I Was Obsessed With My Cats. Then I Had a Kid.

Navigating a very unique love triangle.

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By the time 8pm rolls around I don’t want anyone in my lap. 

I don’t want anyone breathing in my ear, or rubbing their face against my leg. I don’t need all that neediness.

The 19-month-old human boy who shares our apartment is finally asleep, and all I really need is to briefly unplug my brain, eat some dinner, and watch HBO.

But there they are, the cats: as adorable as ever, moon-eyed and meowing, desperate for love. And here I am: tapped out for anything beyond a cursory petting. Emotionally spent. In need of some personal space, which is in direct conflict with the presence of two furry, purring, four-legged friends.

Am I a monster, or what?

In the battle for affection… who will prevail?

Self-portrait as cat person

My cats—Uni and Chloe Zola Volcano—are a little over a decade old. They’re sisters, rescues from a Brooklyn shelter. 

I didn’t grow up with cats, but I became an aficionado in my twenties and thirties. My Instagram feed in those years was 95% kitty (the answer to “how many pictures can you take of the same damn cats?” being “a lot”). 

I started an “interview” series in which my cats chatted with prominent literary personalities. I marveled at how wonderfully dog-like Uni and Chloe could be: clingy rather than aloof, effusive not cold. I painted pictures of cats, was a sucker for any movie that could pull off a talking feline. I was, unabashedly, a cat person

Sometimes this meant making pretty big sacrifices, or at least changing the way I lived. Furniture was doomed to destruction; having allergic friends over to visit was a challenge. I grew used to my clothing being composed of 45% cat hair.

Then, in early 2019, Uni was diagnosed with hyperthyroidism—cured by a treatment of radioactive iodine that required her to be quarantined in a separate room for about two weeks. I would briefly enter to feed and pet her in a lo-fi version of a hazmat suit. Oh, and the whole thing, without pet insurance for cats, cost around $4,000. But isn’t that what we do for our babies?

My wife got pregnant not long after Uni’s recovery, and the cats reacted in predictably adorable ways. Chloe was a bit more detached, but Uni proudly draped herself across my wife’s belly, as if she were helping to warm an egg.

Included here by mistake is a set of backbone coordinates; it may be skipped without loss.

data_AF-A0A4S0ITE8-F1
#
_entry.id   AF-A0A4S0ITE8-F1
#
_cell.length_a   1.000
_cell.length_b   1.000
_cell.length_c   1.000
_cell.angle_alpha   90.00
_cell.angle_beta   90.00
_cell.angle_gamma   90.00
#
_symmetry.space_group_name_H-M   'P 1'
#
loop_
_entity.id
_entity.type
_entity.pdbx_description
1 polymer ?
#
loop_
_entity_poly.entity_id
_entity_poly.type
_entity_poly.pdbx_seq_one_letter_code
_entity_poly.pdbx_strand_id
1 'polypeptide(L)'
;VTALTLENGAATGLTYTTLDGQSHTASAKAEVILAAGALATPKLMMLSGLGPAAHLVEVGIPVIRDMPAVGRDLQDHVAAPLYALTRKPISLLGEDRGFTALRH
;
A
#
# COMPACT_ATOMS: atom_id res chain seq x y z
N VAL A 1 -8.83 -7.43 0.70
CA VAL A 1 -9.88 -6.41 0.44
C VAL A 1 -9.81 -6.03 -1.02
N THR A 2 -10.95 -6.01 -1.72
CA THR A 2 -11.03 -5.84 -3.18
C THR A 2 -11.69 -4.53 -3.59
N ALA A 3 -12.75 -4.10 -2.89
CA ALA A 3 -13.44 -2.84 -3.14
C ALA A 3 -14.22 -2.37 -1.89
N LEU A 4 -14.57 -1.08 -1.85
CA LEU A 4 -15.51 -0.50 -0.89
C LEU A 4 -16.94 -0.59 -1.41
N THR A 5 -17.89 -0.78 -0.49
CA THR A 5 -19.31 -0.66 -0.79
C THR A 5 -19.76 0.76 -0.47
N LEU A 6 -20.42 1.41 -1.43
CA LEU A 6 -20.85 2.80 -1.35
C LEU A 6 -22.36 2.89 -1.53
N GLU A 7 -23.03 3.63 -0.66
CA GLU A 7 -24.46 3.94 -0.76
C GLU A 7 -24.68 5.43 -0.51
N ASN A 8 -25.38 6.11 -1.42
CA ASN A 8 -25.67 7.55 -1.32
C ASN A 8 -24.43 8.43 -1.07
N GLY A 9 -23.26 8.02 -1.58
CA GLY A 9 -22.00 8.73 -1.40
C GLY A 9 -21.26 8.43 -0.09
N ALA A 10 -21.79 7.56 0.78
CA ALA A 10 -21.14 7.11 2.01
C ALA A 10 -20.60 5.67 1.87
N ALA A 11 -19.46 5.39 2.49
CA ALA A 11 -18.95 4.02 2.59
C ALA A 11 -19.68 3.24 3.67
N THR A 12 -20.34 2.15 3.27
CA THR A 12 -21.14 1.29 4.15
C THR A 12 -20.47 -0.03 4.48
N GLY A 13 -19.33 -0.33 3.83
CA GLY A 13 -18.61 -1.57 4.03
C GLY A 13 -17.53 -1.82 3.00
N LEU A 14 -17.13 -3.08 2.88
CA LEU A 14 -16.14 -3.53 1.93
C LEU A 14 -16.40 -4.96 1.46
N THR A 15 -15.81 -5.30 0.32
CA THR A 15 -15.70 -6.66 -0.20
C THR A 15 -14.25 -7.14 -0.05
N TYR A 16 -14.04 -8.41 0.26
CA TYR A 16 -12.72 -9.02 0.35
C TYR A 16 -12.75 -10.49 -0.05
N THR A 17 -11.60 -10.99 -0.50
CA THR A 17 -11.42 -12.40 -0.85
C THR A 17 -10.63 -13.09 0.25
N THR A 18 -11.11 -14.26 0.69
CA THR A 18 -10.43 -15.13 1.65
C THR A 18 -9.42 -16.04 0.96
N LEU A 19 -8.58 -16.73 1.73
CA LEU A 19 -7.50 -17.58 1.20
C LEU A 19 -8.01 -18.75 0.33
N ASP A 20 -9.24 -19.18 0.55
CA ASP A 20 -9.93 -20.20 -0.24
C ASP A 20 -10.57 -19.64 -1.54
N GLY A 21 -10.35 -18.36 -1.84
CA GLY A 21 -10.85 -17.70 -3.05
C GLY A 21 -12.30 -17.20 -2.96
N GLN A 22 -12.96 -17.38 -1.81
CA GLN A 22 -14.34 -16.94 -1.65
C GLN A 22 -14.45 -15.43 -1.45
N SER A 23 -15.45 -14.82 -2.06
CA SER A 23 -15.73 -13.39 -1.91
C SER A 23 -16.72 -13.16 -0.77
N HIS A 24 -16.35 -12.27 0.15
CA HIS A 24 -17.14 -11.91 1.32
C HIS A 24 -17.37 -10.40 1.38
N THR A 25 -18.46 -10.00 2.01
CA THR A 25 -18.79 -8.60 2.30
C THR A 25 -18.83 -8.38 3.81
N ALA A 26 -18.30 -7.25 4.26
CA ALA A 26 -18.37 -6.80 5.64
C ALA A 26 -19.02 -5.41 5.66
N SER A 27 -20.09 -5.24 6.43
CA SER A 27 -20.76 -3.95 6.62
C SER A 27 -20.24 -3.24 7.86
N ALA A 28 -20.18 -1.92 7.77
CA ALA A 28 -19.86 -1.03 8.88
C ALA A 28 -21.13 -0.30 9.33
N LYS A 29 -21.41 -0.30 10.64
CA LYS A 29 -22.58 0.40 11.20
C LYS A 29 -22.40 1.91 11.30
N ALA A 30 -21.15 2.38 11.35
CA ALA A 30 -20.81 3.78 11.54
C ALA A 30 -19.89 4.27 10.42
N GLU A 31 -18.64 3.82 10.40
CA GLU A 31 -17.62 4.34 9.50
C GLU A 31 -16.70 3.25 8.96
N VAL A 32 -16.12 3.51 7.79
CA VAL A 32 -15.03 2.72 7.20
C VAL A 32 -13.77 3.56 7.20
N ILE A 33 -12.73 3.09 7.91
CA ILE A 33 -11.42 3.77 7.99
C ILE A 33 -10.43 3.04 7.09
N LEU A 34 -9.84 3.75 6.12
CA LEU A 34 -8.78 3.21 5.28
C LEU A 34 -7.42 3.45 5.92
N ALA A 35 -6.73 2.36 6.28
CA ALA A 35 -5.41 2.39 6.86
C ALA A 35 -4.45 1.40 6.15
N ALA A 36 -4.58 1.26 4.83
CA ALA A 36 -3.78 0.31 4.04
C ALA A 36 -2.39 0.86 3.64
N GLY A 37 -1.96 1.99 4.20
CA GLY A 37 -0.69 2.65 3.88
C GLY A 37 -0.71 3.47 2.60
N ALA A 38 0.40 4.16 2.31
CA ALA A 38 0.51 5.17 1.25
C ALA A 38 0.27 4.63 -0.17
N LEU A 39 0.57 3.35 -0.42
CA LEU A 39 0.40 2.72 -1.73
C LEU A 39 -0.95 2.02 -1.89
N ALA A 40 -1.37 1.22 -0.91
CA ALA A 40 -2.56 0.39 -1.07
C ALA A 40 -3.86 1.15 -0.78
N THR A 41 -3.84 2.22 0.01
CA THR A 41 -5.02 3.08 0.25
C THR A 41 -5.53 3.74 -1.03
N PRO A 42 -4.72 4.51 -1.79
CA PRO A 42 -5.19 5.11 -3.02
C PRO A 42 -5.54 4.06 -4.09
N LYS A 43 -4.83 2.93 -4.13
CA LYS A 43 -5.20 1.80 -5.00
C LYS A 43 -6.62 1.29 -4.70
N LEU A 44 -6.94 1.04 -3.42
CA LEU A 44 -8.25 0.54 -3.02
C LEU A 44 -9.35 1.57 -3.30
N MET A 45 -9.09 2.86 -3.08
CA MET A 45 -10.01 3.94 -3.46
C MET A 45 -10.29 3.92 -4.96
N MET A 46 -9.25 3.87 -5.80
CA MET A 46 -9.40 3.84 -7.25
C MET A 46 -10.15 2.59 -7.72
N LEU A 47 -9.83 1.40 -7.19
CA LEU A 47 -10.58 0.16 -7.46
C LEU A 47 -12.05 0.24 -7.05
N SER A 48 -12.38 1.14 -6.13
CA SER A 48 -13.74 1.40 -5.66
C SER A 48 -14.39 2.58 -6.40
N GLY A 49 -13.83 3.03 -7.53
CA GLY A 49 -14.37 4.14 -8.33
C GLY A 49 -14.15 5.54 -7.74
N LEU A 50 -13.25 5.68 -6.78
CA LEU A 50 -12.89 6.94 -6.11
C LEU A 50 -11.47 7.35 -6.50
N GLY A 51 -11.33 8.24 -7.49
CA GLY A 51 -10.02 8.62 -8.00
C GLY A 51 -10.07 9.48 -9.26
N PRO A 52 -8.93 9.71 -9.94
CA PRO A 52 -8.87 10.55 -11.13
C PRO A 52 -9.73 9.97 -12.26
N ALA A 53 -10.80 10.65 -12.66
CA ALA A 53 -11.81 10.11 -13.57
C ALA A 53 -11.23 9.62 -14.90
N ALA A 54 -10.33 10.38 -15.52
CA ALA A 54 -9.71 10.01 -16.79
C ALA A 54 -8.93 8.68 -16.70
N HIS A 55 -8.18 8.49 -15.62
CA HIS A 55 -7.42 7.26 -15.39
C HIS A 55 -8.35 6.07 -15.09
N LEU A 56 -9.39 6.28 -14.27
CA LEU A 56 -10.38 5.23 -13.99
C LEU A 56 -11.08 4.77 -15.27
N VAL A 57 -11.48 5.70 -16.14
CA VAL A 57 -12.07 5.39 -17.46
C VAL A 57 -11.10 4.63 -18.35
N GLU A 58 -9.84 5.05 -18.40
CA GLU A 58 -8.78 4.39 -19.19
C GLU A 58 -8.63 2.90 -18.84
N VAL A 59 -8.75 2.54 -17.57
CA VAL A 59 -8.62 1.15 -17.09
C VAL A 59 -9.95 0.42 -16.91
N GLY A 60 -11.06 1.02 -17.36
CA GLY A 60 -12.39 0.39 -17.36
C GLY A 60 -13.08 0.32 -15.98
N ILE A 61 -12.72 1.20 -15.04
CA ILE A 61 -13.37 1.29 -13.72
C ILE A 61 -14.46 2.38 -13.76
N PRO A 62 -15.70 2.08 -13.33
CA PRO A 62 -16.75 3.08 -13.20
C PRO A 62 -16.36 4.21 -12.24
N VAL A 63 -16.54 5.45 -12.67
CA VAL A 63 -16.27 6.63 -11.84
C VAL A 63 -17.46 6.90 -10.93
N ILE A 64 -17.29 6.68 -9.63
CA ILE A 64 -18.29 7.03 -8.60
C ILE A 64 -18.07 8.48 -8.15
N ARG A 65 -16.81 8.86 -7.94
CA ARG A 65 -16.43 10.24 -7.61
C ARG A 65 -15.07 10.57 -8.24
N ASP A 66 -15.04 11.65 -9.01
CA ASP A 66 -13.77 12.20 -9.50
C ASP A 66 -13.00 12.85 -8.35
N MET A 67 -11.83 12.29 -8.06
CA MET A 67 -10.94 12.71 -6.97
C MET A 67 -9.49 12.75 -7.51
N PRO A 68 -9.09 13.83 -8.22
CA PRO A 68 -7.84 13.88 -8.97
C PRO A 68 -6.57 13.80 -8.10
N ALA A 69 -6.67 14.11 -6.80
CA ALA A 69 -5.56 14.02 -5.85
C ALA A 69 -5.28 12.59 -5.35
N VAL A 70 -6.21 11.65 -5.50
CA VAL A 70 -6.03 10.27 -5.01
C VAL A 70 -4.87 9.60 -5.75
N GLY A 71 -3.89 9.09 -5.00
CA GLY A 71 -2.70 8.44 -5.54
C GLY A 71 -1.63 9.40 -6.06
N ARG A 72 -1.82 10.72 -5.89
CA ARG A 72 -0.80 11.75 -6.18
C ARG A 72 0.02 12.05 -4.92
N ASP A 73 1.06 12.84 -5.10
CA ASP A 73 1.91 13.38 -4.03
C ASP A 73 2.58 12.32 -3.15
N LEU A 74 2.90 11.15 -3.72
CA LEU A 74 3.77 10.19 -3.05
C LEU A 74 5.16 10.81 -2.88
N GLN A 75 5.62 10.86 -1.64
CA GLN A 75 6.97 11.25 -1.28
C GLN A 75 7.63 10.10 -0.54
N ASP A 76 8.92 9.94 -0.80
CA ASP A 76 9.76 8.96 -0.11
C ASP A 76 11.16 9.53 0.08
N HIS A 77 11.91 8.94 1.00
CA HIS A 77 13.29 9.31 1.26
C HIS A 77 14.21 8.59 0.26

Uni, maternal.

Fast-forward to 2021, and the child has hatched. I’m struggling with this love triangle, or rectangle, or whatever: Baby, wife, cats. The baby, being a baby, is non-stop need. My wife and I try to carve out little slivers of time in which we can be functioning adults, unencumbered. 

The cats, meanwhile, circle and yearn. They beg to get into the bedroom (they’ve been banned from overnights since the pregnancy). They are crazy about being close, as if they draw their energy from whatever human power source they’re able to plop on or across. 

Before the baby was born, I thrilled at this feline attention. Now, it’s claustrophobic: too furry, too meow-y, too much. 

And yet this is my fur fam, constant companions who’ve been with me through all the joy and struggle of the past ten years! They’ve gamely put up with all these new changes—with the small human who terrorizes them with gleeful shouts and too-hard petting—and they deserve better than what I’ve been able to give.

Baby integration for a happy catdom!

So what to do, besides just feeling crummy and insufficient? I contacted a cat therapist for some insights.

Carole Wilbourn has been a pioneer in the field since the 1970s, her practice covered by everyone from National Geographic to Vice and CNN. Her website bills her as “the first and last resort when a cat’s problem seems insurmountable.” When we connect on the phone, she sets some boundaries regarding terms: “animal companion,” rather than “pet,” “guardian” rather than “owner.”

Carole Wilbourn with her cat Orion. Photo by Thomas Northcut.

Cat therapy admittedly seems pretty damn bougie. To be totally honest, I’m expecting some truly woo-woo advice; Uni and Chloe on a tiny couch, having their Freudian demons exorcised. 

But—who knew?—the conversation is sharply informative, and makes me feel a lot less alone. Turns out I’m not the only new parent who’s been thrown off by how a baby can mess with the cat/human dynamic. 

“The cats become sort of an obstruction,” Wilbourn says. “You’re thinking: ‘Oh God, I can’t do it, they’re in the way. The other part of you is: ‘Oh my God, I’m sorry…’”

And that’s it, exactly—this cycle of annoyance and guilt… of wanting my cats to continue to be cute and present, but only on my specific and unpredictable terms. That’s a pretty shitty, selfish feeling. But I spend most of the day being a Dad Dad, and often don’t have much left when it comes to being a Cat Dad.

“What do you mean I’m not the ‘focal point of your life’ anymore?!”

“As we know, cats are creatures of habit,” Wilbourn tells me, “and they do not like anything new or different—unless they initiate it.”

A baby’s arrival in a feline household—or what Wilbourn refers to as a “catdom”—can be seriously stressful. It makes total sense, as she explains it: Babies are time-consuming. But the presence of a new baby might cause the cats to really need extra support, love, and attention… all when those are in very short supply. That’s a tricky combo.